Currently, and against great odds, there is a revival of interest in worker cooperatives across a spectrum of new business ventures, from small-scale retail (cafes, bakeries and bookstores) to high-tech start-ups, as people come to desire more control over their lives and work worth doing. And no one can discount the appeal of egalitarianism in self-managed workplaces. It is heartening to see that the range of these developments extends beyond the niche where neo-liberalism would like to banish cooperatives – to impoverished communities, freeing the state of a social irritant. Or, as we see in the UK, to state appendages, like the health-care system and schools, where government sponsored staff-owned businesses are supported, some critics believe, as a prelude to their privatization.

Two American economic trends, in my opinion, are most receptive to Mondragon’s core belief in democratic participation and US worker cooperatives’ practical implementation and extension of this ideal : the Employee Stock Option Plans (ESOPs) and the grassroots economy. I believe that with these two, very different economic currents, we can apply lessons learned from the extensive experience of worker self-management to encourage their unrealized radicality.

ESOPs consist of employees who buy shares of their companies to be redeemed upon employee departure, or retirement. ESOPs are firmly embedded in the capitalist economy, some call it a “peoples’ capitalism,” yet this form of ownership offers the participants a potentially subversive understanding that their work serves their needs, not those of some CEO. There is a minority of the 11,000 ESOP companies (but still a vastly larger sector than the co-ops) where, in their specially configured by-laws, ultimate control rests with the employees and where participation in their workplaces is high. These employees might be receptive to a critique of capitalism based on their unique (and privileged) experience with the self-management of their working lives. Is it fantasy to imagine that these employees could see their model extended to other workplaces? For example, the argument could be made that bank staff should be able to exercise control of their workplace, doctors and nurses, the hospitals and teachers, schools. Since these institutions, unlike private businesses, are mandated to provide a social good (I assume banks as social utilities), it could be further argued that the larger community, along with the staff, should govern. And who knows what that might lead to? If only somebody was organizing the ESOPs along these ends! The opposite, pro-capitalist, libertarian argument is more likely – everything should be privatized. One wonders though, as capitalism descends into a greater criminality in search of profits, whether the employees with ESOP shares may evolve a more critical view of capitalism; their significant assets, diversity and number, could pose a real problem for our wardens of wealth. But, while I love to speculate about the demise of capitalism, I hesitate to take too seriously predictions, even mine (!), on the repercussion of capitalism’s slow collapse amongst those privileged few who own a share in a dwindling asset.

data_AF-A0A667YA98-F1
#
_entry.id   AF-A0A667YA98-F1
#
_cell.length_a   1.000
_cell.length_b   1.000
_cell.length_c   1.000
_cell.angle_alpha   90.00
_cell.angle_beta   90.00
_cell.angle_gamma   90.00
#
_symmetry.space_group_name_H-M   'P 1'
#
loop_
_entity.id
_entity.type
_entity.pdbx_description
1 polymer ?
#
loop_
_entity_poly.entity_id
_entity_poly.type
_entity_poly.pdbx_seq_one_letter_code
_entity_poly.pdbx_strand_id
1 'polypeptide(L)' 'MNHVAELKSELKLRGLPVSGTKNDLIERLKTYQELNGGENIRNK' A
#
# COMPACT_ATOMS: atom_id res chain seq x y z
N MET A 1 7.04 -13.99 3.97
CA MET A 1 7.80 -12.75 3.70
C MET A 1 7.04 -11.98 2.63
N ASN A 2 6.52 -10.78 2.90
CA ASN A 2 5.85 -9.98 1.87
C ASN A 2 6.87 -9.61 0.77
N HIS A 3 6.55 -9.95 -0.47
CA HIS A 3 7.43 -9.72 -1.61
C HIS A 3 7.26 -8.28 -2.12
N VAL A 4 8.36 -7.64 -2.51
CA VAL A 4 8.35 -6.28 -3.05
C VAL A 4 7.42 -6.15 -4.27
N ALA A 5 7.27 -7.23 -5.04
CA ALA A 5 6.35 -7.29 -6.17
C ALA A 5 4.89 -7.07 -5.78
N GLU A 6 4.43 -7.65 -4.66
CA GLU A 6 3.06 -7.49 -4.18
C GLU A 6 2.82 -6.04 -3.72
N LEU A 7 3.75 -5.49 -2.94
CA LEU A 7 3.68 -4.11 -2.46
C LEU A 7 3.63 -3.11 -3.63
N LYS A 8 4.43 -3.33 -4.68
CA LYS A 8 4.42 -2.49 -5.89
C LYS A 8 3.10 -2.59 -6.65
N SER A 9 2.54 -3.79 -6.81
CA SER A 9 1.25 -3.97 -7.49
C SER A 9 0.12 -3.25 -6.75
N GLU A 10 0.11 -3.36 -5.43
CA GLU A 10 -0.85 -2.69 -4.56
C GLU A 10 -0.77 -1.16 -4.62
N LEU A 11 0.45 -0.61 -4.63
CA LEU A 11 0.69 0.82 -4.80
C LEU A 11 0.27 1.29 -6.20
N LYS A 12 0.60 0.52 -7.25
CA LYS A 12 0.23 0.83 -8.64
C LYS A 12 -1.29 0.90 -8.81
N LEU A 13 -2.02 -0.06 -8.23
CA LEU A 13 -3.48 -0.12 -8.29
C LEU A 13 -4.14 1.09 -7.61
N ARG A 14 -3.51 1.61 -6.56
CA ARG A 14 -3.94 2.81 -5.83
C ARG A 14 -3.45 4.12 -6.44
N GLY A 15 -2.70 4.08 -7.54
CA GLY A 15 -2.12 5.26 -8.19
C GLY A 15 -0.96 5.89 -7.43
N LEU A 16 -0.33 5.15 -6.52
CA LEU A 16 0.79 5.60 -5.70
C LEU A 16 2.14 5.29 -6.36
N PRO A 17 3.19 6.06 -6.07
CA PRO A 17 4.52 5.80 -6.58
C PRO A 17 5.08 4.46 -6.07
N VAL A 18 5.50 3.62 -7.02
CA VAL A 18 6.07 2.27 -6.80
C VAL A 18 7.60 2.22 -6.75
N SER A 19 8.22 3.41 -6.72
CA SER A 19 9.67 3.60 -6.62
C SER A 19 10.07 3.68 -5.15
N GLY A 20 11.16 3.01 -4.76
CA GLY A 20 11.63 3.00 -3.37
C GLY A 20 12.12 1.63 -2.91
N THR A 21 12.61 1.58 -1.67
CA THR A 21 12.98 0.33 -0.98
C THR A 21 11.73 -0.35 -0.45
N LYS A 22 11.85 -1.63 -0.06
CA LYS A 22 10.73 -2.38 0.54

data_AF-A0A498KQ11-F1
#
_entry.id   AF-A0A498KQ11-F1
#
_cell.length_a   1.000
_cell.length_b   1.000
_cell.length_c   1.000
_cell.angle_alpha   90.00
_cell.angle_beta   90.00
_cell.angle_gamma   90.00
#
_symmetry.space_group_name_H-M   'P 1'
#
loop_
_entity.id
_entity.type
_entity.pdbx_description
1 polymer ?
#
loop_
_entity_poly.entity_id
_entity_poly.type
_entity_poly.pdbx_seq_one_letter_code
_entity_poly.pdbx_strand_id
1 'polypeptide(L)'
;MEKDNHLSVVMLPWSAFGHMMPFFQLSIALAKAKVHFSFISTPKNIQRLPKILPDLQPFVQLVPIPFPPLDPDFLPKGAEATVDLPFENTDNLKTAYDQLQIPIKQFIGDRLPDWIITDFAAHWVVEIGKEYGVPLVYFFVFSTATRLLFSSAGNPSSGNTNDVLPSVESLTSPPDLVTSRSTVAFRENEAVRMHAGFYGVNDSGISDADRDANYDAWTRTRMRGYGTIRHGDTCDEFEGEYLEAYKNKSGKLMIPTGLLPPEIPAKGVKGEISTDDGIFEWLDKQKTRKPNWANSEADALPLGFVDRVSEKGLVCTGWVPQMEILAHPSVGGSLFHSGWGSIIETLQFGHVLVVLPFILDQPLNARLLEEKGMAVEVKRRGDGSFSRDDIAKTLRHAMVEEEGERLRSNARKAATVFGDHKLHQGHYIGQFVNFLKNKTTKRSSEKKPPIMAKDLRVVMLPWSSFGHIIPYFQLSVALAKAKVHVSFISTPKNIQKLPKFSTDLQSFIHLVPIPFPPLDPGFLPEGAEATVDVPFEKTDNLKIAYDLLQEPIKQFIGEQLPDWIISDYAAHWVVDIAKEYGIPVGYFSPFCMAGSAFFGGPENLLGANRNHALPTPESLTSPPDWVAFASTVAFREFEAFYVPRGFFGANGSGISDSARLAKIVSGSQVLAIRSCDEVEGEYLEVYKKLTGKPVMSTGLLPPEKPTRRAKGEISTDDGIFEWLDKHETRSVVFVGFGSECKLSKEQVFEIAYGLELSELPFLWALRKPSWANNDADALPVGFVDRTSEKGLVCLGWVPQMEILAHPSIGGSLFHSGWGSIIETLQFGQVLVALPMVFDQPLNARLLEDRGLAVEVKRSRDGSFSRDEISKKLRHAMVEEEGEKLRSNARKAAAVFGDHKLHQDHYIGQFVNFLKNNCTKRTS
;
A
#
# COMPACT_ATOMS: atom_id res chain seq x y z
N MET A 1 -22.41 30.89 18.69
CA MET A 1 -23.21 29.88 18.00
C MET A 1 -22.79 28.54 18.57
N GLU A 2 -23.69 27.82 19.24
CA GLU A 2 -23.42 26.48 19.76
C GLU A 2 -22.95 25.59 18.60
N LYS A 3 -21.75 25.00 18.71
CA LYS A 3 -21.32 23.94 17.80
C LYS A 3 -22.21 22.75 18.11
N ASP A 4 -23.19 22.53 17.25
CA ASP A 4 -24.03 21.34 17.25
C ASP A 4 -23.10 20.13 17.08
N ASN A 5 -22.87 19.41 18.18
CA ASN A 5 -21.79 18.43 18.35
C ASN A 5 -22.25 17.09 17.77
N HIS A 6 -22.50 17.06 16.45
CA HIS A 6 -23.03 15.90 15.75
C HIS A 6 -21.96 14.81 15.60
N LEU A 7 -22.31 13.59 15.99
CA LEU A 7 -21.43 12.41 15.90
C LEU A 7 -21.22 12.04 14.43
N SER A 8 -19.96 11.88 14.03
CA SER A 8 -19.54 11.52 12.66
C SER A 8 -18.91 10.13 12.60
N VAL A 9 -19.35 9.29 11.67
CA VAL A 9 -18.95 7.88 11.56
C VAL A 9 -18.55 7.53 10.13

Aside from the ESOPs, the expansive grassroots economy exhibits potential for economic, and social, transformation. The grassroots economy, a nation-wide phenomenon, consisting of community-controlled projects, like urban gardens and community assisted agriculture, and alternative transport and energy, neighborhood self-help groups, and so much more, offers us a model of an economy totally at the other end of the spectrum from Mondragon – highly decentralized, pastoral as opposed to industrial, radically democratic and leisurely, though not economically insignificant. Add to this popular economy the thousands of non-profits committed to ameliorating the social devastation left in the wake of so-called progress, spice this economic stew with idealistic young social entrepreneurs, and we have a major economic force of a kind unrivaled anywhere in the world.